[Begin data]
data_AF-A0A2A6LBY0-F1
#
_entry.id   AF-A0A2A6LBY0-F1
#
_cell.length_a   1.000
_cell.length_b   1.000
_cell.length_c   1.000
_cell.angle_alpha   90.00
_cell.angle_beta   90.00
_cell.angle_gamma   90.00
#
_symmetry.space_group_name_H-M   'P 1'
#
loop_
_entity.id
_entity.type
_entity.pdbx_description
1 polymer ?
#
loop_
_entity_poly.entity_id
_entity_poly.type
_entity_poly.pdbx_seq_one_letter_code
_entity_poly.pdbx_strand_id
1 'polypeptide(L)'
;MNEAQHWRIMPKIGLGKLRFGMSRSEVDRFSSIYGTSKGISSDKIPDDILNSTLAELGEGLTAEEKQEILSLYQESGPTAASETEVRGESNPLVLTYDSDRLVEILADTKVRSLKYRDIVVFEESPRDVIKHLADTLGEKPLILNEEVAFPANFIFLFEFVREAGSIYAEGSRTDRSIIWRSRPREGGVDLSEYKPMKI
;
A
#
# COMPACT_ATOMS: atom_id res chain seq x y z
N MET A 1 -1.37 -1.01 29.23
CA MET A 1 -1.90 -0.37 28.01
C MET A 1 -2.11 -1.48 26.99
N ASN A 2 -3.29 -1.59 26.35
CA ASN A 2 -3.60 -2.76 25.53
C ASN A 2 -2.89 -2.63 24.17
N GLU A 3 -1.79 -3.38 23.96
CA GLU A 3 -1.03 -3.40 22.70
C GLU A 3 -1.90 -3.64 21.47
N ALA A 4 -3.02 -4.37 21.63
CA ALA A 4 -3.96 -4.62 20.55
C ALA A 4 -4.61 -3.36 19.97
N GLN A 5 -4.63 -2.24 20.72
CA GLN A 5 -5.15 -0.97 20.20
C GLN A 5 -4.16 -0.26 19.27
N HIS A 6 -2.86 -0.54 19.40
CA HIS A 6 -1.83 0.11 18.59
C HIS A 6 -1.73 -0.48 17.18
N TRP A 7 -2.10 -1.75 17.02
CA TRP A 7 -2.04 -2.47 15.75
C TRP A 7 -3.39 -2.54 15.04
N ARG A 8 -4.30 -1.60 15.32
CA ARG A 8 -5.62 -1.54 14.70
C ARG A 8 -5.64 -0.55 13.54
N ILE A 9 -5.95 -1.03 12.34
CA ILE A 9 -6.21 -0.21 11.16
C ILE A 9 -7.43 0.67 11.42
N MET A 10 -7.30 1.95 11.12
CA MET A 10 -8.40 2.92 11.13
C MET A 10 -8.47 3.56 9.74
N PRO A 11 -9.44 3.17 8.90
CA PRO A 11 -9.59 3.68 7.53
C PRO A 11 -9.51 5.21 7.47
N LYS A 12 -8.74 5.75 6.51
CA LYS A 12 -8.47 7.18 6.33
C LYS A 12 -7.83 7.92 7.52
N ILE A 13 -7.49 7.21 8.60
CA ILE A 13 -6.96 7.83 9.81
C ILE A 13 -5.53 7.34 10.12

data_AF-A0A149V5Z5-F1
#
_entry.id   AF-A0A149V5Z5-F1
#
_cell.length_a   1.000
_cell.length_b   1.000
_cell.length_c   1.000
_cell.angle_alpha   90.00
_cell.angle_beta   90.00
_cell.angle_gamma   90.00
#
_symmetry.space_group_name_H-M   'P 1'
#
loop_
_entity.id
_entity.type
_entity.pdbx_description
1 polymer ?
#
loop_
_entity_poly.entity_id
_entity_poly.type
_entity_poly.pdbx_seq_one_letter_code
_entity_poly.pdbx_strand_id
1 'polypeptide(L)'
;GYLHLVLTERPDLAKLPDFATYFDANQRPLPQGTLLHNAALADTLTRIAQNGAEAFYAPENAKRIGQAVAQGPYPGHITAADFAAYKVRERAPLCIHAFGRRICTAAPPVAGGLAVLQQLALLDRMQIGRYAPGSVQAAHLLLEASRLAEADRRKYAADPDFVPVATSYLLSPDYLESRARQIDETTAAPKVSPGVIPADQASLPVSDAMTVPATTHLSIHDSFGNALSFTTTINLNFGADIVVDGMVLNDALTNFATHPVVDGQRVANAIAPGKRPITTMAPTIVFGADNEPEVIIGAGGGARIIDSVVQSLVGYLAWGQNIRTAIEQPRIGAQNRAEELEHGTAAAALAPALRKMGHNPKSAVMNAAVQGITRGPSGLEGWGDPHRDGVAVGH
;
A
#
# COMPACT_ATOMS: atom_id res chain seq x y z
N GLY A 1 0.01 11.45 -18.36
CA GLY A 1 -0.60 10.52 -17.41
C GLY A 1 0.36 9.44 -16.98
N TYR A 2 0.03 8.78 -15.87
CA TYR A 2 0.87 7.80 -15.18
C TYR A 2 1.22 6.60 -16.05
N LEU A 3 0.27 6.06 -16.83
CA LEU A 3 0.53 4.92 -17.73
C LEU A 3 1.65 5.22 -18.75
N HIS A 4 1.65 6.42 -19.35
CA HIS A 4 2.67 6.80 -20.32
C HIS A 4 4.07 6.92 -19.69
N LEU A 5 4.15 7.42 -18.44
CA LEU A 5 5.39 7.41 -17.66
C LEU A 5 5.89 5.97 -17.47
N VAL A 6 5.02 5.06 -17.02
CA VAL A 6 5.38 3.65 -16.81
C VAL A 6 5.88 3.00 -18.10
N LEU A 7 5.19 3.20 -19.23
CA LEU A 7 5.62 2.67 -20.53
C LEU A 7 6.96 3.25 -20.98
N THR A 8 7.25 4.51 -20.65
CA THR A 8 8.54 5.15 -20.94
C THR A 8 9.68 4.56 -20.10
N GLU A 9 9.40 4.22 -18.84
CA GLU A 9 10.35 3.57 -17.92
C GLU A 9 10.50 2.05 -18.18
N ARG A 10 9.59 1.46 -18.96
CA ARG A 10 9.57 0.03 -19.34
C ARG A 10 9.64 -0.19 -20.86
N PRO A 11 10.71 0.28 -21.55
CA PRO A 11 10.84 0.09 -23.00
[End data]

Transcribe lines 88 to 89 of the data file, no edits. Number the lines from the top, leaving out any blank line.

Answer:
#
loop_